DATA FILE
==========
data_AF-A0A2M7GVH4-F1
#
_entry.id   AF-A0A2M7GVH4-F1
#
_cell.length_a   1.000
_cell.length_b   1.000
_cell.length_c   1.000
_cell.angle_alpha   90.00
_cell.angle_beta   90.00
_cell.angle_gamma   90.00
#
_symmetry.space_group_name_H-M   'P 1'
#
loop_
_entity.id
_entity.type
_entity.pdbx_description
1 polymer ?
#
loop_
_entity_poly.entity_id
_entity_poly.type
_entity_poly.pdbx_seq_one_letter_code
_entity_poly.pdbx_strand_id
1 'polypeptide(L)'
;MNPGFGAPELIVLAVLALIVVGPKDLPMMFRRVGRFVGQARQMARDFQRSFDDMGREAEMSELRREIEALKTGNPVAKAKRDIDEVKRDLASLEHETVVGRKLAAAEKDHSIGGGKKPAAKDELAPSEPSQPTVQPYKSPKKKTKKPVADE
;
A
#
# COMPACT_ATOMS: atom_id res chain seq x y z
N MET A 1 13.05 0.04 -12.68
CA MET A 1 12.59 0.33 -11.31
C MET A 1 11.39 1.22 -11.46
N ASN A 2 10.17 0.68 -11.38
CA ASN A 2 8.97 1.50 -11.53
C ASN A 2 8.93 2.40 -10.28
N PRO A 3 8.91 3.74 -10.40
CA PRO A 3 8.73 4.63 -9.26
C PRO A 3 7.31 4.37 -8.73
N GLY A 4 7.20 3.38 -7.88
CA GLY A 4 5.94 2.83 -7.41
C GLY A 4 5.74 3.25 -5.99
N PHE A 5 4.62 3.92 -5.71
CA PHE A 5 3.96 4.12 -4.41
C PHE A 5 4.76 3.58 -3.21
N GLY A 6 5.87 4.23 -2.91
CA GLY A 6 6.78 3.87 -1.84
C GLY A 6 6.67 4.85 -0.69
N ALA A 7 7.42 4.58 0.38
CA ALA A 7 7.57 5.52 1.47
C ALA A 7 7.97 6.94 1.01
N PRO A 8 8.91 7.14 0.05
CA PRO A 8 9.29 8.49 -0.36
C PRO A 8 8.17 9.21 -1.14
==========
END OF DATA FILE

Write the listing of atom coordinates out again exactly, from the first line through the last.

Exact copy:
data_AF-A0A2M7GVH4-F1
#
_entry.id   AF-A0A2M7GVH4-F1
#
_cell.length_a   1.000
_cell.length_b   1.000
_cell.length_c   1.000
_cell.angle_alpha   90.00
_cell.angle_beta   90.00
_cell.angle_gamma   90.00
#
_symmetry.space_group_name_H-M   'P 1'
#
loop_
_entity.id
_entity.type
_entity.pdbx_description
1 polymer ?
#
loop_
_entity_poly.entity_id
_entity_poly.type
_entity_poly.pdbx_seq_one_letter_code
_entity_poly.pdbx_strand_id
1 'polypeptide(L)'
;MNPGFGAPELIVLAVLALIVVGPKDLPMMFRRVGRFVGQARQMARDFQRSFDDMGREAEMSELRREIEALKTGNPVAKAKRDIDEVKRDLASLEHETVVGRKLAAAEKDHSIGGGKKPAAKDELAPSEPSQPTVQPYKSPKKKTKKPVADE
;
A
#
# COMPACT_ATOMS: atom_id res chain seq x y z
N MET A 1 13.05 0.04 -12.68
CA MET A 1 12.59 0.33 -11.31
C MET A 1 11.39 1.22 -11.46
N ASN A 2 10.17 0.68 -11.38
CA ASN A 2 8.97 1.50 -11.53
C ASN A 2 8.93 2.40 -10.28
N PRO A 3 8.91 3.74 -10.40
CA PRO A 3 8.73 4.63 -9.26
C PRO A 3 7.31 4.37 -8.73
N GLY A 4 7.20 3.38 -7.88
CA GLY A 4 5.94 2.83 -7.41
C GLY A 4 5.74 3.25 -5.99
N PHE A 5 4.62 3.92 -5.71
CA PHE A 5 3.96 4.12 -4.41
C PHE A 5 4.76 3.58 -3.21
N GLY A 6 5.87 4.23 -2.91
CA GLY A 6 6.78 3.87 -1.84
C GLY A 6 6.67 4.85 -0.69
N ALA A 7 7.42 4.58 0.38
CA ALA A 7 7.57 5.52 1.47
C ALA A 7 7.97 6.94 1.01
N PRO A 8 8.91 7.14 0.05
CA PRO A 8 9.29 8.49 -0.36
C PRO A 8 8.17 9.21 -1.14